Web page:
One of biggest thing that all these guys missed out is the fundamentals of why would a customer would buy from you and only from you. For this to happen the first step is that the consumer needs to like (oh! Please stop buying Facebook likes?) you and fall in love with you. What have you done to make this happen? Have you done anything special that the buyer is bound with “stickiness” to you? Have you shown him that you really care for him, or, have have you expressed that you really understand him and his needs? Unless you have done any of the above you have no right to complain that the customer only looks at pricing. And neither is pricing the only metric to pay with – unlike what most of the ecommerce companies like to think.

Real life example

(1)Boy reaches late on his date with his lady love and hands over a Rs 100 to buy herself an ice cream – By the way that is how your customer feels when you delay or, deliver the product that is not matching the customer’s satisfactory level and you have given them coupons/store credits.


(2)Boy reaches late on his date and takes out a red rose (Rs10/) from his inside pocket with a small note saying “I am sorry”- Have you tried sending them-  be it a small gift saying sorry and appreciating their patience?

Now, take a look at how companies like Amazon have built customer loyalty.

The first thing that they took care was actually becoming a shopping destination rather than becoming a discounted shop. They actually reward loyalty! Case in point: FREE Super Saver Shipping, that gets you free shipping of products if you place at least $25 of eligible products in your Shopping Cart.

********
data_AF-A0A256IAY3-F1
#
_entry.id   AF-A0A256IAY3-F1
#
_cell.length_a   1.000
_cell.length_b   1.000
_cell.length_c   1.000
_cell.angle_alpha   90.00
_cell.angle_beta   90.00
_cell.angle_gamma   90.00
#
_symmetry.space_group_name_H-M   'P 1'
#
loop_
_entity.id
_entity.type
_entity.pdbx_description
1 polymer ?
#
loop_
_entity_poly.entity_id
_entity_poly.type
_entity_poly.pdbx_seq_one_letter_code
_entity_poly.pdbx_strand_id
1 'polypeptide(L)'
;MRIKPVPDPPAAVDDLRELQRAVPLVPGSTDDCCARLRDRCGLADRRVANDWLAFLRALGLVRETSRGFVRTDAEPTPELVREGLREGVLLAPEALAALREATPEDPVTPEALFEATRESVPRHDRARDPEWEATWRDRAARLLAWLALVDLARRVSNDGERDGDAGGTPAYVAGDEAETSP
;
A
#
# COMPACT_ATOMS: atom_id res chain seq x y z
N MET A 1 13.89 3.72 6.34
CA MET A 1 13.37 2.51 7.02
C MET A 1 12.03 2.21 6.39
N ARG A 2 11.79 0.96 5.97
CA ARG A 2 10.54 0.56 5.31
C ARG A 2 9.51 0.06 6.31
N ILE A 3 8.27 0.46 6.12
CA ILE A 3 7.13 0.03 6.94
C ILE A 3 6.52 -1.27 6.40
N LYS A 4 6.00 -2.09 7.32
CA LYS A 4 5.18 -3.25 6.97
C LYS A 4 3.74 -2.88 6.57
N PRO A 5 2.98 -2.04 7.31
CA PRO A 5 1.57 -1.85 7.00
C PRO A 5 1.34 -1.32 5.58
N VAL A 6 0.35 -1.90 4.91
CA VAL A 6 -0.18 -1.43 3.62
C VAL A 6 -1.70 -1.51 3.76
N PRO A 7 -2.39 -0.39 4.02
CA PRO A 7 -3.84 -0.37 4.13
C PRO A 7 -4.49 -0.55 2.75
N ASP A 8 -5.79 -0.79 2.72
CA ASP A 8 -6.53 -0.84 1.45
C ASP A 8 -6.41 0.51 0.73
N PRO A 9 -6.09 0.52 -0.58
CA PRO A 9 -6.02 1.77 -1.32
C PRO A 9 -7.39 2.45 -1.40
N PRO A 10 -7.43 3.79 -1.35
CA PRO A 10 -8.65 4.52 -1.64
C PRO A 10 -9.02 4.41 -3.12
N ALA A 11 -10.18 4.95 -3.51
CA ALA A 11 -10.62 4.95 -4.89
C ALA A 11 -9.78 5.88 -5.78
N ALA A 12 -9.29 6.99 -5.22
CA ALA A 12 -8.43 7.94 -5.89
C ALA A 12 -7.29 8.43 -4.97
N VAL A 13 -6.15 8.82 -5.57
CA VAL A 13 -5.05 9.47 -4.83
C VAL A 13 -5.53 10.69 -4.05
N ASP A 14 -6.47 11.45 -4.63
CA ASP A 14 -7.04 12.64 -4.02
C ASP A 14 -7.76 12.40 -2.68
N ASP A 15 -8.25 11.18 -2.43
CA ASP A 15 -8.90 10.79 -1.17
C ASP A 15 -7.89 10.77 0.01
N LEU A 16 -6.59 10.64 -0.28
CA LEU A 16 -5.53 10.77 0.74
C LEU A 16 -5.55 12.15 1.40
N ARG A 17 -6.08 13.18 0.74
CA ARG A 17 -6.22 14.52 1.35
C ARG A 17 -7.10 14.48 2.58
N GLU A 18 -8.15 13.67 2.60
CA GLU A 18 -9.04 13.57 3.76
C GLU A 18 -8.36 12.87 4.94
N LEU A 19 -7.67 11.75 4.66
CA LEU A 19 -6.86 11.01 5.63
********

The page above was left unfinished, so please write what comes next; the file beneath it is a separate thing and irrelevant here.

Now, how many Indian ecommerce companies are even thinking of rewarding loyal users? Do they have the understanding of the individuality of the customer to reward them appropriately?

“Flipkart is now charging me Rs. 30 to ship any order in case the total order is lesser than 200.! Well, amongst the 230 odd books that i have purchased on flipkart, less than 5% of the books were of cost above 180..!! So, what i dont understand now is why is there a shipping cost?” [@Madani/ Forum]

The key to understand here is that customers are not always looking for cheapest price, but a lot more in terms of what efforts you take to make them feel cared and understood. In a brick and mortar world example,you don’t want to be the factory outlet that sells stuff at a discount throughout the year, you want to be the shop in downtown that the customers thinks of first when he wants to buy clothes.

Long story short, most of the ecommerce companies aren’t yet with the customer. They are more focused on the customer wallet than a customer’s preference and expect the bravehearts of the ecommerce space to come out and do a better job of building a solid CRM around the service.

Having said that, companies like Flipkart are doing a few things right. Like ensure timely delivery by their OWN logistics providers. Empowering call center executives to give refunds amongst a few customer focused actions. However its still the tip of the iceberg – and a long way to go for the community as a whole.

For now, customer relationship is invoked only when a customer tweets or puts up a blog post. Till then, it is assumed that everybody is happy.

What’s your take?

[Article jointly authored by Ashish Sinha, Sameer Shisodia and Saurav Patnaik (cofounder of kenscio).]